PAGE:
A publication of the Archaeological Institute of America
Byzantine Warrior Received Sophisticated Medical Care
Friday, October 1, 2021
NEW YORK, NEW YORK—Live Science reports that Anagnostis Agelarakis of Adelphi University re-examined a 650-year-old skull recovered in 1991 from Polystylon Fort, which is located in Western Thrace, and found that the man had received sophisticated medical care for a badly broken jaw about ten years before his death. Agelarakis spotted a line of dental calculus in the jaw that formed around a thin wire holding the broken bone together as it healed. The lack of discoloration indicates the wire was not made of a silver alloy or copper or bronze wires. “It must have been some kind of gold thread, a gold wire or something like that, as is recommended in the Hippocratic corpus that was compiled in the fifth century B.C.,” Agelarakis said. “In one of the dentitions,” he added, “I saw that the tooth was filed a little bit so that the knot that was tied in the wire would not scratch the cheek.” Agelarakis thinks such careful medical treatment indicates the man could have been a military leader who was decapitated by the Ottomans when they captured the fort in the fourteenth century. The head was found in the pre-existing grave of a young child at the fort’s cemetery. A piece of ceramic recovered at the burial site may have been used to dig the hole and bury the head surreptitiously, Agelarakis surmised. The rest of the man’s remains have not been found. To read about another discovery from Thrace, go to "Thracian Treasure Chest."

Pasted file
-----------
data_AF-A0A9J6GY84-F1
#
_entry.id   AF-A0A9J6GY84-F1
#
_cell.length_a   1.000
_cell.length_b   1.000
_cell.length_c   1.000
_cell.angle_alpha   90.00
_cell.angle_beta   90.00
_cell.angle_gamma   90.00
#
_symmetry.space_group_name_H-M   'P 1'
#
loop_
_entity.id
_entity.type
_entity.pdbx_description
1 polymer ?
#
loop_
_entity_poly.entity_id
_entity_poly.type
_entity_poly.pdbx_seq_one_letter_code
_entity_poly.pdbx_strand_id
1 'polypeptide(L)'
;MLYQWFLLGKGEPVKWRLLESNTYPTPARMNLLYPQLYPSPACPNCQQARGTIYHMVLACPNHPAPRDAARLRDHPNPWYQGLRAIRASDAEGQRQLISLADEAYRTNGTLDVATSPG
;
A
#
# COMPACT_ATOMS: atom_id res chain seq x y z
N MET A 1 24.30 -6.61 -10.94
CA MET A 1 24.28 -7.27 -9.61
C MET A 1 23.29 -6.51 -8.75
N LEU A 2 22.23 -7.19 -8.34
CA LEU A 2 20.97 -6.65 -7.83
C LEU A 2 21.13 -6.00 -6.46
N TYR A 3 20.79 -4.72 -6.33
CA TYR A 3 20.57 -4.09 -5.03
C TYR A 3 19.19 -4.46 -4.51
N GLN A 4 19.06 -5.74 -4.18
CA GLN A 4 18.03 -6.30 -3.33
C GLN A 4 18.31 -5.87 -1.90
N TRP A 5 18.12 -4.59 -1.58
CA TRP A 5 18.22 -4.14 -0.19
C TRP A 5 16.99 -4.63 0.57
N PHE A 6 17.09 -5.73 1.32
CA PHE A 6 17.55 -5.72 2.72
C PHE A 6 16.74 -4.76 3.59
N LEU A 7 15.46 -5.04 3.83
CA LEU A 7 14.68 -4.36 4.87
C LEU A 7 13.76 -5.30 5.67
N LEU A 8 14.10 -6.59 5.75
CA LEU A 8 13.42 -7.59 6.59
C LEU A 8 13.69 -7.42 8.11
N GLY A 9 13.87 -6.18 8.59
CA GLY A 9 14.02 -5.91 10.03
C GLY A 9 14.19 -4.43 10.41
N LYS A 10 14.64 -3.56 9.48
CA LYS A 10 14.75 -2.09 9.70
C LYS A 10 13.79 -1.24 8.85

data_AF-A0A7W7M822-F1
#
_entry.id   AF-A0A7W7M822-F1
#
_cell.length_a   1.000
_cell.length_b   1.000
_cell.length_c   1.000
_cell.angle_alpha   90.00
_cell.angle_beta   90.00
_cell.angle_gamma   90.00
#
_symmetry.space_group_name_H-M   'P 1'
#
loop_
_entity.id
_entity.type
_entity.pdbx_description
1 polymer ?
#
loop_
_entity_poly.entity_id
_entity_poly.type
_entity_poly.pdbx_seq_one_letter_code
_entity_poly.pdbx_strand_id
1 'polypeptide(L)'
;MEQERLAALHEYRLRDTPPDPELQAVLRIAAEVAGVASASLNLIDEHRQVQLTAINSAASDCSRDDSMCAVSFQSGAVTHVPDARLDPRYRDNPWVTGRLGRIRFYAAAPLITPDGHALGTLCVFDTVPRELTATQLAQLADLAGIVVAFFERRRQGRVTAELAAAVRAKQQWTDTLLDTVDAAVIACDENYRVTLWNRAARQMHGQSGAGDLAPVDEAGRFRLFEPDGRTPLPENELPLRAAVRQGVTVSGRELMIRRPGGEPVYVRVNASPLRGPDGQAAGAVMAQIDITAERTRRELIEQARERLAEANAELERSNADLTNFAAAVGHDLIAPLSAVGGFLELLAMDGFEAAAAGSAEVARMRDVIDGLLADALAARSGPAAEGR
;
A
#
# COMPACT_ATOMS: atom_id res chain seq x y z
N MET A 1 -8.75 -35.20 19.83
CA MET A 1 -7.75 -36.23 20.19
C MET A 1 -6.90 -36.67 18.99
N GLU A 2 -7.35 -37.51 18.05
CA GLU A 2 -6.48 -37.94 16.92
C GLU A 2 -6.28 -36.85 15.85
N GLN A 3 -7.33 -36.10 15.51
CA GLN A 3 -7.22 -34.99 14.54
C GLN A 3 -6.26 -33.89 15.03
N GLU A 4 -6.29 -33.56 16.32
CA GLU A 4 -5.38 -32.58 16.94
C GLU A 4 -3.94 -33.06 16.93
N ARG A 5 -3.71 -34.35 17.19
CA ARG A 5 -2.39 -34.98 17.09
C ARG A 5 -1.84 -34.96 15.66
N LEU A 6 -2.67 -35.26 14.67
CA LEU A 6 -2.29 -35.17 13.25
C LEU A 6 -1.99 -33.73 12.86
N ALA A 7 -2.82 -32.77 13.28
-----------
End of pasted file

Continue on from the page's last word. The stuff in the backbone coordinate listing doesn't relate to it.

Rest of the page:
The Nile’s lost branch, prehistoric Pacific tools, Louisiana’s 11,000-year-old mound, an Iranian fire temple, and the oldest octopus lures
A roll of the dice